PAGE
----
Fig. 3. Mission example with GPS surface fix using a HUGIN AUV, September 2003.
equipped with a GPS system, and tracks the AUV with an ultra short base line (USBL) positioning system, e.g. Kongsberg HiPAP. By combining GPS with USBL, a global position estimate can be obtained, which is then transmitted to the AUV using an acoustic link. The accuracy of the position estimate depends on both the GPS and USBL precision. The position accuracy of single measurements from the standalone HiPAP is in the order of 0.2% of the range (line of sight from the surface ship to the AUV).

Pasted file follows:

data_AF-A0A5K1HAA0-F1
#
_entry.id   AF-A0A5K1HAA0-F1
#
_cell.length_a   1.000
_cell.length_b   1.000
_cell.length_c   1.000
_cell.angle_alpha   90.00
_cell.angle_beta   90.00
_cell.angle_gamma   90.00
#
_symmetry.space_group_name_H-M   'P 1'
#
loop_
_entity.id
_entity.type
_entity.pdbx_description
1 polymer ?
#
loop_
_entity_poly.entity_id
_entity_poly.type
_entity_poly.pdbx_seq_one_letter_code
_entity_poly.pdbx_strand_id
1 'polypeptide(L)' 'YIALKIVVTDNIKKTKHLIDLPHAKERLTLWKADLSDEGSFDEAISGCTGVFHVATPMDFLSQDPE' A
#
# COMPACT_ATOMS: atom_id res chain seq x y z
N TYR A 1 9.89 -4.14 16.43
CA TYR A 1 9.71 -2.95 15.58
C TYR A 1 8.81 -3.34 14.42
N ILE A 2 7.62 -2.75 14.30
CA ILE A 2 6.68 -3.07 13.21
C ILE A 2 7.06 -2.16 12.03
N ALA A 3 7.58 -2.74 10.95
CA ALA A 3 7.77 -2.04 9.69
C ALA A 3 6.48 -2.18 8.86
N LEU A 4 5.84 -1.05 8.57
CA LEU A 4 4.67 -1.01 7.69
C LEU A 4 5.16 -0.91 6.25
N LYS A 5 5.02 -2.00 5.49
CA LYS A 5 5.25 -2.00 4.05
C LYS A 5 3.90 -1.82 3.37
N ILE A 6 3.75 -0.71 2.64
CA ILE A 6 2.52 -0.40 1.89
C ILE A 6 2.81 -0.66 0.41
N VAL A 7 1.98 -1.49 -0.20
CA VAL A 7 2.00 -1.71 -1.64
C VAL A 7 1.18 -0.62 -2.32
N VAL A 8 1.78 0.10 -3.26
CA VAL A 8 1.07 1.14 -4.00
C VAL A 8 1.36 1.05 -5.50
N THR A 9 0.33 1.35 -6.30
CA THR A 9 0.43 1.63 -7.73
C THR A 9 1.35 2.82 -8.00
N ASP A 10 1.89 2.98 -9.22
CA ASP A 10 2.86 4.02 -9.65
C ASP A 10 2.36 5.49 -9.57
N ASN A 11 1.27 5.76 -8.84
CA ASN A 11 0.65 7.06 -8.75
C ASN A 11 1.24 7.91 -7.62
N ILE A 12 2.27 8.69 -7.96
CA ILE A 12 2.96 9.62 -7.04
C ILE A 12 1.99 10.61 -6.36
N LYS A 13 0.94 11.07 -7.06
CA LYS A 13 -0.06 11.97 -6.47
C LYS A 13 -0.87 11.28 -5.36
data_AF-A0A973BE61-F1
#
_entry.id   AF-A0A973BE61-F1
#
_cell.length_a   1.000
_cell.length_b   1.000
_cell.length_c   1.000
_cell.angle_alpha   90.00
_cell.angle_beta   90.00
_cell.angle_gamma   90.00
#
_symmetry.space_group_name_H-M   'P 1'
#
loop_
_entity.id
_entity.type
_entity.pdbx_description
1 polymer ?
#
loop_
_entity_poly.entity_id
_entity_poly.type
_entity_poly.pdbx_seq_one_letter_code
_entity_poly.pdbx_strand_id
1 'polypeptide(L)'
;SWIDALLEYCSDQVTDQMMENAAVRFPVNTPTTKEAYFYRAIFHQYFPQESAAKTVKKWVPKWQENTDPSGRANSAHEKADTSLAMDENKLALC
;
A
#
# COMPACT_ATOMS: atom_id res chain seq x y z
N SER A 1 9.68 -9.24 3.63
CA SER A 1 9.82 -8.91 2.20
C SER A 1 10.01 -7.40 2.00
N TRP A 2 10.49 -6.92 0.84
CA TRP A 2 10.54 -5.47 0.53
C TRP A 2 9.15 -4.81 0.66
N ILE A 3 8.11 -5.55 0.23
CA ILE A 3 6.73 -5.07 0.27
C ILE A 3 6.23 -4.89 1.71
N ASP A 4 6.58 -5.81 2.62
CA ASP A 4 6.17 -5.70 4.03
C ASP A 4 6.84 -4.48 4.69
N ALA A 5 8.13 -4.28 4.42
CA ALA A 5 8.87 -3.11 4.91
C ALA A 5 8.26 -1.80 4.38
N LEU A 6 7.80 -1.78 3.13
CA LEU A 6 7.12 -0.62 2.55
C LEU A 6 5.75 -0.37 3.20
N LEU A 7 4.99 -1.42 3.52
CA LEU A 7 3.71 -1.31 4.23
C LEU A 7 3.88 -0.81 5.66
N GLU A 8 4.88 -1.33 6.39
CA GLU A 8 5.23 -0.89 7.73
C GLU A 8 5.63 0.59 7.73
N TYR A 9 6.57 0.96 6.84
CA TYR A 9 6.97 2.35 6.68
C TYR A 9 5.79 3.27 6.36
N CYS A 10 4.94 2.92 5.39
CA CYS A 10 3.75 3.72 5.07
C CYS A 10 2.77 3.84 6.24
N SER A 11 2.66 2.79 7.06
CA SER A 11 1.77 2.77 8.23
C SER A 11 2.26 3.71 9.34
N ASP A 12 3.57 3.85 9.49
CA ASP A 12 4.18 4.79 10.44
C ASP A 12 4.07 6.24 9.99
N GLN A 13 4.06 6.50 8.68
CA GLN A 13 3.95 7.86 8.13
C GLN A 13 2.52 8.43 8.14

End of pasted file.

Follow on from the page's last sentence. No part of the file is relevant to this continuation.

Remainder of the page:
While this positioning source will not be available in autonomous operations, it is very useful for providing accurate initialisation of the navigation system when operating in deep water. Transmitting a series of GPS-USBL position fixes to the AUV will yield a very low initial position estimate error (typically on the order of 1 m), and a very low heading estimate error - which in turn minimizes drift when no position aiding is available. The navigation precision obtained by combining DGPS-USBL and DVL with INS was demonstrated with the HUGIN 3000 AUV in an accuracy test carried out by C&C Technologies in the Gulf of Mexico in October 2000. The test was carried out at 1,300 m depth, and eleven different headings were used (five of the lines were mapped in opposite directions) when mapping a wellhead to maximize the visibility of any correlated errors following the AUV or ship. When post-processing the navigation data and wellhead observations in NavLab (see Section 2.11), a position accuracy of 1.2 m and 1.7 m (1o) north and east was obtained. The final map showing the wagon-wheel like trajectory and the experimentally validated navigation precision (the exact location of the wellhead was known in advance) are shown in Fig. 4. An absolute position accuracy of 4 m (1o) was later obtained during successive navigation accuracy tests carried out at 2,100 m depth.
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